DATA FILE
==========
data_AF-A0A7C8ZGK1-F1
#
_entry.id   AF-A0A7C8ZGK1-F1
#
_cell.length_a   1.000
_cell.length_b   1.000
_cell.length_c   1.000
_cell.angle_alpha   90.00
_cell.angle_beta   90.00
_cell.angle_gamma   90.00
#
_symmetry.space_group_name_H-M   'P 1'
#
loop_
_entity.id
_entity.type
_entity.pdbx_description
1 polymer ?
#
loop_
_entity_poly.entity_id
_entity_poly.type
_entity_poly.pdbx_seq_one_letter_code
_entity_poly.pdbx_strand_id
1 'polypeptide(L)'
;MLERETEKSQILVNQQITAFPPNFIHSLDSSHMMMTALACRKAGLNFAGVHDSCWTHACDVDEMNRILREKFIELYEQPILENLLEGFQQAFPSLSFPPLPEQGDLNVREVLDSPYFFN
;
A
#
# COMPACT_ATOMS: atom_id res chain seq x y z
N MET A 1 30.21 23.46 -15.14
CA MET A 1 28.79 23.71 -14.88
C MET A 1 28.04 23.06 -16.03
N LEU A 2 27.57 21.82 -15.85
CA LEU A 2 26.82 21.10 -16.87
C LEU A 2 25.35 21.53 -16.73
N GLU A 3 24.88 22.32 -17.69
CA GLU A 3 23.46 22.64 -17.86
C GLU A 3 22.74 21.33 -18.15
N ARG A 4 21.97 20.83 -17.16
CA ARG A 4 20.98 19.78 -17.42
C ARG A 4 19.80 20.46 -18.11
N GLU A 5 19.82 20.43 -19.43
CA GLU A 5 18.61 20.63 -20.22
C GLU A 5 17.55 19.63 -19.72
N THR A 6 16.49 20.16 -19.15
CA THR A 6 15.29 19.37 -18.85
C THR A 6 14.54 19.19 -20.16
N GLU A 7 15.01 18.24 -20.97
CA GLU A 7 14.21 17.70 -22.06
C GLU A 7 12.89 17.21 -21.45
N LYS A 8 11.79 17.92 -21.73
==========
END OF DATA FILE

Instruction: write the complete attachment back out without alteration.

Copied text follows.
data_AF-A0A7C8ZGK1-F1
#
_entry.id   AF-A0A7C8ZGK1-F1
#
_cell.length_a   1.000
_cell.length_b   1.000
_cell.length_c   1.000
_cell.angle_alpha   90.00
_cell.angle_beta   90.00
_cell.angle_gamma   90.00
#
_symmetry.space_group_name_H-M   'P 1'
#
loop_
_entity.id
_entity.type
_entity.pdbx_description
1 polymer ?
#
loop_
_entity_poly.entity_id
_entity_poly.type
_entity_poly.pdbx_seq_one_letter_code
_entity_poly.pdbx_strand_id
1 'polypeptide(L)'
;MLERETEKSQILVNQQITAFPPNFIHSLDSSHMMMTALACRKAGLNFAGVHDSCWTHACDVDEMNRILREKFIELYEQPILENLLEGFQQAFPSLSFPPLPEQGDLNVREVLDSPYFFN
;
A
#
# COMPACT_ATOMS: atom_id res chain seq x y z
N MET A 1 30.21 23.46 -15.14
CA MET A 1 28.79 23.71 -14.88
C MET A 1 28.04 23.06 -16.03
N LEU A 2 27.57 21.82 -15.85
CA LEU A 2 26.82 21.10 -16.87
C LEU A 2 25.35 21.53 -16.73
N GLU A 3 24.88 22.32 -17.69
CA GLU A 3 23.46 22.64 -17.86
C GLU A 3 22.74 21.33 -18.15
N ARG A 4 21.97 20.83 -17.16
CA ARG A 4 20.98 19.78 -17.42
C ARG A 4 19.80 20.46 -18.11
N GLU A 5 19.82 20.43 -19.43
CA GLU A 5 18.61 20.63 -20.22
C GLU A 5 17.55 19.63 -19.72
N THR A 6 16.49 20.16 -19.15
CA THR A 6 15.29 19.37 -18.85
C THR A 6 14.54 19.19 -20.16
N GLU A 7 15.01 18.24 -20.97
CA GLU A 7 14.21 17.70 -22.06
C GLU A 7 12.89 17.21 -21.45
N LYS A 8 11.79 17.92 -21.73